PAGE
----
Walk across the office, or send an email? A look at how much time we save—or not—when we opt for the technological solution.
If you read Outside, stay home. When we celebrate a hiker who sawed off his hand, we pay tribute to an idiot and ignore countless smarter climbers.
Jon Stewart’s Rally to Restore Sanity is bad for America, except for the America that buys or sells advertising time on Comedy Central.
For America’s Democrats, the past two decades were a blur of saxophones, chads, and John Kerry’s sloped withers. Then came hope. A dip into the acid puddle to find faith in 2010.
California looks to legalize pot in November—and that, in many ways, would be a crime. An argument against political causes involving dreadlocked alien masks.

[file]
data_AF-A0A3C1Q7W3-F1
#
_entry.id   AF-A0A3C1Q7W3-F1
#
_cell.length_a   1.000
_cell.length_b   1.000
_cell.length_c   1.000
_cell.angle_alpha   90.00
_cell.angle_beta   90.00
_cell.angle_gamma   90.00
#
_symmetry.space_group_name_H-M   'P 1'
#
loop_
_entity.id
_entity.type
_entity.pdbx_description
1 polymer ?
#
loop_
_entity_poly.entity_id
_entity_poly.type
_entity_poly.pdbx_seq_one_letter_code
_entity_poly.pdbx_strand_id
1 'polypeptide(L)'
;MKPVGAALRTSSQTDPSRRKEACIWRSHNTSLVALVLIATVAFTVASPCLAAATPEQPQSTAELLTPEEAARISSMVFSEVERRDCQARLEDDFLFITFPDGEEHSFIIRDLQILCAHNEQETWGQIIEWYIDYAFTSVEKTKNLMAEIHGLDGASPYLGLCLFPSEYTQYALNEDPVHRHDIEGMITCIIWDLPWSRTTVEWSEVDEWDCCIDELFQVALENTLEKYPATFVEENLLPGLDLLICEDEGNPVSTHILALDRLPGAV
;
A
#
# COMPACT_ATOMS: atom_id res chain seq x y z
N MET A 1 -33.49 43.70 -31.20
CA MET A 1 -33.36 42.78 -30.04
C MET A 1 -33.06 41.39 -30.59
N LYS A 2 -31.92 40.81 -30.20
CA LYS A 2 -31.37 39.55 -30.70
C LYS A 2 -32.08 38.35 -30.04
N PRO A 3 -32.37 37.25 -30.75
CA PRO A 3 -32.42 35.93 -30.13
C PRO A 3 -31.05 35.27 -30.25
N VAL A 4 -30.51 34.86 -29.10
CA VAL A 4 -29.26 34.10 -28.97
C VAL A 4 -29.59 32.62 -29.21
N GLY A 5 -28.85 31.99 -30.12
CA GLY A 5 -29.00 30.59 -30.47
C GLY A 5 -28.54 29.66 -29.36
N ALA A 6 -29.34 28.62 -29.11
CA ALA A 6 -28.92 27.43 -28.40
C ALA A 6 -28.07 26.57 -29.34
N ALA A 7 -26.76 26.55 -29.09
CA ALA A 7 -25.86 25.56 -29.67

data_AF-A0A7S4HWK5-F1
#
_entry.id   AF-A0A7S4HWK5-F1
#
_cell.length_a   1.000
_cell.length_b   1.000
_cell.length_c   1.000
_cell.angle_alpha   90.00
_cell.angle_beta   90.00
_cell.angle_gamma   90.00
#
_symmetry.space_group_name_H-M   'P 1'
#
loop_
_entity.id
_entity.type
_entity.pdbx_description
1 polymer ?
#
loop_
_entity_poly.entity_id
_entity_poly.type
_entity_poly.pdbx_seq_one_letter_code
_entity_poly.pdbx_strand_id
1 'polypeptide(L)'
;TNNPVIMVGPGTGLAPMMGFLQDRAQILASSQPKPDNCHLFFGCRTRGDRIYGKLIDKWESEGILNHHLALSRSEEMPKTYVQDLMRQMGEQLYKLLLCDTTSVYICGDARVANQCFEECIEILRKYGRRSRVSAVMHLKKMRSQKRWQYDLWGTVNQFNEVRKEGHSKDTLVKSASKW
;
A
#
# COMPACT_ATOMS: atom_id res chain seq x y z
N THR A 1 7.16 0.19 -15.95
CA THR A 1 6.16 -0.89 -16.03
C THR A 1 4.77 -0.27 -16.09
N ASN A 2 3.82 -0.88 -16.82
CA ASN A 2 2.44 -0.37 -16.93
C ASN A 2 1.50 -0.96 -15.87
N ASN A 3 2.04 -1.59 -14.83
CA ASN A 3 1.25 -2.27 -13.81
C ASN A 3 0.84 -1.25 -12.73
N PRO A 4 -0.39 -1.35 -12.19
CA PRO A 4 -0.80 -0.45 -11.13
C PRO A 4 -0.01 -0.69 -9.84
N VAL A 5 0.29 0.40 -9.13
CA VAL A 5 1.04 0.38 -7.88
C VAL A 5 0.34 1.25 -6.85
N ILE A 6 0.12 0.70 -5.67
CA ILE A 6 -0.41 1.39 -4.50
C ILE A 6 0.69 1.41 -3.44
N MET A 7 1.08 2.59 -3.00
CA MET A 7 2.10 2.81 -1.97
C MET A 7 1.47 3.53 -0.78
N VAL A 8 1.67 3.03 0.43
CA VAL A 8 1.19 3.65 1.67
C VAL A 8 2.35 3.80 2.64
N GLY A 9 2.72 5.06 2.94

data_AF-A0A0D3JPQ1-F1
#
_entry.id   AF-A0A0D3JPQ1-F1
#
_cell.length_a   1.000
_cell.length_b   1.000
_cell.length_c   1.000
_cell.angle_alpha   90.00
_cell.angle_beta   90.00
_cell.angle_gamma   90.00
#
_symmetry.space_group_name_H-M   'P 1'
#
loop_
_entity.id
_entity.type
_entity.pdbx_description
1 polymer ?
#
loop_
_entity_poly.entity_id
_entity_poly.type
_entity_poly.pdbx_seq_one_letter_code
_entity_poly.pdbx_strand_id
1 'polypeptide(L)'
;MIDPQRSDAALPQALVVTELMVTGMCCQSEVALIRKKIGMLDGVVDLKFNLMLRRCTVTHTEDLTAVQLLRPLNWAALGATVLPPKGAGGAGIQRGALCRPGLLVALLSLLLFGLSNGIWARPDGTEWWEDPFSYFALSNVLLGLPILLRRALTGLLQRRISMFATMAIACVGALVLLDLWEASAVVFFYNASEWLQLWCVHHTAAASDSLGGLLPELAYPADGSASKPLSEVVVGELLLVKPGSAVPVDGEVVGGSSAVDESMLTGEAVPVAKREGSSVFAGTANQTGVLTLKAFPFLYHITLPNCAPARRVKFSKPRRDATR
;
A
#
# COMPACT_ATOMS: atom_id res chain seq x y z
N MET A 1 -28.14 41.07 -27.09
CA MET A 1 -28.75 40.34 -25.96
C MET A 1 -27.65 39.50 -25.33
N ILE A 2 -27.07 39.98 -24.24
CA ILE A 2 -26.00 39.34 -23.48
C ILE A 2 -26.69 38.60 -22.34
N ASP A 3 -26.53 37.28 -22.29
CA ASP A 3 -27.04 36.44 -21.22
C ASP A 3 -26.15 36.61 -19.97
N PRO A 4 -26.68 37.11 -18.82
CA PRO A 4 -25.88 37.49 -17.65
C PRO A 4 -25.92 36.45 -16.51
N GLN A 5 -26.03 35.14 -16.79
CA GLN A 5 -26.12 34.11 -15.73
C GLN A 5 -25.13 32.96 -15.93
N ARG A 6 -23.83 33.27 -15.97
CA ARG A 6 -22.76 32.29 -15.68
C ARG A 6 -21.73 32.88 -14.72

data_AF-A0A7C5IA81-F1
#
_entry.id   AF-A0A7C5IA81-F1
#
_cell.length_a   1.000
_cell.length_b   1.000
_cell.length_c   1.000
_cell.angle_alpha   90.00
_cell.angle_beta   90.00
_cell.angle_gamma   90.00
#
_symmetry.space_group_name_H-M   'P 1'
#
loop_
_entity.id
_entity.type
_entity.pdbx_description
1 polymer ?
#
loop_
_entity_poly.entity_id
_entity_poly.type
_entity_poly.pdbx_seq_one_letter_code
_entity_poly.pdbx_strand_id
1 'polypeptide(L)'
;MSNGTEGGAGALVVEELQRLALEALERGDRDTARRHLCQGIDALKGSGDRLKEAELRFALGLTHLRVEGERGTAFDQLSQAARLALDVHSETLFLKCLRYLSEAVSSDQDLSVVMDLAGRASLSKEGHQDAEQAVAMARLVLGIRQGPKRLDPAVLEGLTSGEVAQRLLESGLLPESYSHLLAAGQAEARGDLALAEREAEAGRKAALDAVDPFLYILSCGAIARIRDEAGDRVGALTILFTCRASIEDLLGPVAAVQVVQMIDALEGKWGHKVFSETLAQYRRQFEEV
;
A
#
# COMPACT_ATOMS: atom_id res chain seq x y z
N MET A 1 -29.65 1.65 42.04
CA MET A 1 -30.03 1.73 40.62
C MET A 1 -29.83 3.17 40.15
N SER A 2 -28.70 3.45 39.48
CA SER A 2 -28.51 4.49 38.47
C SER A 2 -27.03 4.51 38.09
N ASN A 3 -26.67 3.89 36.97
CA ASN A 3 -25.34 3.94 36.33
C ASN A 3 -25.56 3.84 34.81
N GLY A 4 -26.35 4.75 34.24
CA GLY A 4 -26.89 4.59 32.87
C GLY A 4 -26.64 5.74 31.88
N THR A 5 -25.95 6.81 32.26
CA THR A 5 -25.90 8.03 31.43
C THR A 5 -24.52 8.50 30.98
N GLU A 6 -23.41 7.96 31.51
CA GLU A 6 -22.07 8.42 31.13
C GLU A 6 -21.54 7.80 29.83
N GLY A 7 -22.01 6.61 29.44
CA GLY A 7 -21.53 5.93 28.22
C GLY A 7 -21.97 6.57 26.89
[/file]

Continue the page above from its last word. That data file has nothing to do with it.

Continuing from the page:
Four digressions about obsession, venom, and life in a famous author’s orbit.
Faced with a deadline to choose her major, our writer hunts down interview subjects to learn where their studies got them, no matter her mother’s loathing of the liberal arts.
Sharing a bed requires rules. An important addendum comes along well after the blanket allowances and closet zombies have been settled.
Sports are stupid. Beautiful. Dull. Transcendent. Most of all, they’re more than just games. We assembled sports writers, critics, freaks, and authors to tell us why.
There are plenty of good reasons to ride a train cross-country, but for our correspondent and his attention index, hitting the rails has one purpose: to escape the merciless internet.
What is it about summer that attracts both Eisenhower and the recently engaged? A consideration of the striking similarities between weddings and wars.
Britain’s national superhero has alternately worn a scarf, a leather jacket, and lots of question marks. No longer.